Attempting Zindi’s Farm Pin Crop Detection Challenge Without Downloading any Imagery
Zindi is currently hosting a competition to classify fields by crop type using Sentinel-2 satellite imagery. They provide labeled fields with the crop type, and a separate set of fields as the ‘test’ set. The goal is to use the provided imagery to predict the crop type as accurately as possible. It’s a great contest, BUT: The imagery files are huge (although they offer Azure credits to help mitigate this by using cloud computing), and extending such an analysis to other areas is not easy. The goal of this post is to show how we can use the labeled fields to train our own classifier in Google Earth Engine (GEE), using Landsat imagery for the classification (EDIT: Sentinel 2 imagery is also available in GEE, making this choice somewhat arbitrary). This results in a model that can be applied over any region, and is a process that could be replicated by anyone with some known crop fields and an internet connection.
I won’t include all the code here. Instead, view it and try it for yourself here.
The Training Data
The important data is contained in a shapefile (a mapping-related file format for ‘vector’ layers that can contain points, lines or polygons). It contains multiple features (polygons), each representing a field with a certain kind of crop. The crop type is encoded as a number from 1 to 10. More info here.
We can upload this data as an asset in GEE by using the ‘New Table Upload’ option and selecting all the files except
train.qpj (which is unnecessary). I named the asset ‘farm_zindi_train’, and repeated the steps for the test dataset.
There is one last hurdle we must overcome when using this data to train classifiers in GEE. Each feature in the training shapefile contains a property, ‘Crop_Id_Ne’, that tells us the crop type. Unfortunately, this is represented as a string. To convert it to the required type, we create a function that is mapped over the feature collection and use
ee.Number.parse() to convert the string into a number for the model to use.
Instead of the Sentinel-2 imagery the competition is using, we’ll see if we can achieve the same results with freely available Landsat 8 imagery. I used code from this tutorial to load the landsat data and create a ‘greenest pixel composite’ based on a computed value called NDVI (normalized difference vegetation index). This is not an ideal approach – we could instead have chosen a time of year when the differences between crops are most obvious, or used multiple images from different times in the growing season. These improvements will be considered in a future tutorial.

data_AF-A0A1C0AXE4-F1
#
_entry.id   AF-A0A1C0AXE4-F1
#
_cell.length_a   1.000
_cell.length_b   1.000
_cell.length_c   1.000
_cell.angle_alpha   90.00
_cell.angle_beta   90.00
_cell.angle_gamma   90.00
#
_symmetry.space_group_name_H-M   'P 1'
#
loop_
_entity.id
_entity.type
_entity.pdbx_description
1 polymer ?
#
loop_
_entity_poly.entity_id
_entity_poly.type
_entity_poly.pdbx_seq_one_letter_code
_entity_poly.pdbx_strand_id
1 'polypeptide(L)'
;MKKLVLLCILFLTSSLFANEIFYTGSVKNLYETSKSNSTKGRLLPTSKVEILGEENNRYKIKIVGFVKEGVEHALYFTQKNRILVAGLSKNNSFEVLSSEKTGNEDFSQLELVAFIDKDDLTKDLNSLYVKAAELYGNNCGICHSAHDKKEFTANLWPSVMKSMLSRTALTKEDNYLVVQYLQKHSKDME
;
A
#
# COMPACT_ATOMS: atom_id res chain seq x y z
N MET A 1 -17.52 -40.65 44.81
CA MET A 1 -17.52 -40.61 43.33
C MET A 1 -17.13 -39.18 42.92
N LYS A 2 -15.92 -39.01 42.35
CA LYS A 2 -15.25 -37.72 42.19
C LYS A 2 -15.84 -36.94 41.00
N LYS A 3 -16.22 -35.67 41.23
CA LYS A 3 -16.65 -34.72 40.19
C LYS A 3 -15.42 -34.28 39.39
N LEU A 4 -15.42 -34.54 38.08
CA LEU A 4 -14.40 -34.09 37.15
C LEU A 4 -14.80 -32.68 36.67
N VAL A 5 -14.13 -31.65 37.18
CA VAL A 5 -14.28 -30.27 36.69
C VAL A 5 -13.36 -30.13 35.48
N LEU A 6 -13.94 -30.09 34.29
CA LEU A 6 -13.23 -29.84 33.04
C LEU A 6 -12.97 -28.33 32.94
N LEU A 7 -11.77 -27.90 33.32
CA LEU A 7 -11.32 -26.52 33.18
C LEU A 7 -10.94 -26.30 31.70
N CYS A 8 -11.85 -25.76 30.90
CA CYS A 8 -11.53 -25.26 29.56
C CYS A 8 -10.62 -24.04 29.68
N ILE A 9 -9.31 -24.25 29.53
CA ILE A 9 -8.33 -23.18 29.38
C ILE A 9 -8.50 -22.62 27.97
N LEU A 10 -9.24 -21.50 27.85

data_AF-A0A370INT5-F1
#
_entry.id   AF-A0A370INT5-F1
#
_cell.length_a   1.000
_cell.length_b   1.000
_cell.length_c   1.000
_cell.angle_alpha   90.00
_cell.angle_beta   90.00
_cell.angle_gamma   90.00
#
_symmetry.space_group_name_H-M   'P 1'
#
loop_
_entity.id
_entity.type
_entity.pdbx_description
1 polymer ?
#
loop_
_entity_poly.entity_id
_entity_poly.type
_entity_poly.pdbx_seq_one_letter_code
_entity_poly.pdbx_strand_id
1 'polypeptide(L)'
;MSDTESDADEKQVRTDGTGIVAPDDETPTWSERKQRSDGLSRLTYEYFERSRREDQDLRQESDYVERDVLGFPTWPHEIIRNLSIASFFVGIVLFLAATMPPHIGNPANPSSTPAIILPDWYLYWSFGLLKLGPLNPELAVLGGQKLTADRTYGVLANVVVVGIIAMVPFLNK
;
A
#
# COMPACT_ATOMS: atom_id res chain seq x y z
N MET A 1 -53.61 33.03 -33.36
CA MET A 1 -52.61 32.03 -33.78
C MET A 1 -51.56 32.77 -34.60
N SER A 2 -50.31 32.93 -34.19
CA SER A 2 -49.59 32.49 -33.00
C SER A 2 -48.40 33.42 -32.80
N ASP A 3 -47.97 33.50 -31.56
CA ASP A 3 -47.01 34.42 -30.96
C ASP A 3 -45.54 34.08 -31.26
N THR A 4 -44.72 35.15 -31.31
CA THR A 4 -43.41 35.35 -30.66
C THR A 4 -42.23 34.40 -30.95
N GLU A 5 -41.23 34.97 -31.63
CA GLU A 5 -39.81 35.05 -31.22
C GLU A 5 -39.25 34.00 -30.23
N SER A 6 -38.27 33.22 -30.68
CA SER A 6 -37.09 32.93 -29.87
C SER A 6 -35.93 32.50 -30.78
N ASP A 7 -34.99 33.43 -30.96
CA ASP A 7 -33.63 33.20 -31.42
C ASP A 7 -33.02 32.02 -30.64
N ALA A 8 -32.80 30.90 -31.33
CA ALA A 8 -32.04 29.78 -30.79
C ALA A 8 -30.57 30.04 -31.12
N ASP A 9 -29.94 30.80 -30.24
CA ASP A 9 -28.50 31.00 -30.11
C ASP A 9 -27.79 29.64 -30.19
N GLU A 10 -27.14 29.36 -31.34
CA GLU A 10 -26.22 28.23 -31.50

Training A Classifier
The ‘Supervised Classification’ guide by Google is good place to start when attempting this kind of classification task. The only changes I made to the provided code was to change the references to match my own training data, tweak the scale to reduce memory use and specify the property we’re trying to predict (in our case, ‘CID’ for crop ID). Looking at the output, it seems to roughly match the farm outlines – a good sign.
Comparing Classification Accuracy
Ideally, we’d split the data into training and test sets, compare different classifiers and pick the best. We might even keep a third set of data, the ‘validation’ set, to get a better idea of how our chosen classifier will perform on unseen data. As with the different options for input layers, I’ll leave this for a second tutorial. For now, we will be lazy and evaluate the accuracy on the training data: print(‘Accuuracy’, trained.confusionMatrix().accuracy());
The accuracy of a CART classifier is listed as 65%. Not bad, given that there are 10 classes, but not great either. Switching to a random forest model gives a much higher accuracy score, but may be subject to overfitting.
To get the predicted crop type in each region of the test file, we look at the most common crop type predicted by the classifier in each region and export the predictions to a CSV file:
This results in a file containing columns for Field_Id and predicted crop type. Normally, this is what we’d like. However, the Zindi contest specifies the submission with predicted probabilities for each different crop:
To get the data in this format, I used Python and pandas, with the pandas get_dummies function:
This is not ideal – we see a 1 for our predicted class, with 0s for the rest. It would be better to predict the probabilities and hedge our bets, but let’s see see how this does.
predictions.to_csv('pred_test_cart.csv', index=False) gives a file we can upload on Zindi… And the final score? ~17.4 (or ~15 with the random forest model), putting this submission in 30th place out of 31 entries as of today.
There are many ways we could improve this score. A different classifier might perform better. Selecting the greenest pixels was probably not the best approach. Instead of using ee.Reducer.mode(), we could count how many pixels are predicted for each crop type and use those counts to assign probabilities for our submission. Etc Etc. Some of these improvements will be covered in a future tutorial, hopefully coming soon.
Despite our lackluster score, this exercise has hopefully shown the possibilities of this approach. Using only freely available imagery, which we never had to download thanks to Google Earth Engine, we were able to make predictions about which crops were being grown in different fields. If you’ve followed along, I hope you’ve seen what is possible with GEE – simply by copying snippets of code and gluing them all together. Once the accuracy is improved, this technique could be applied in many different situations.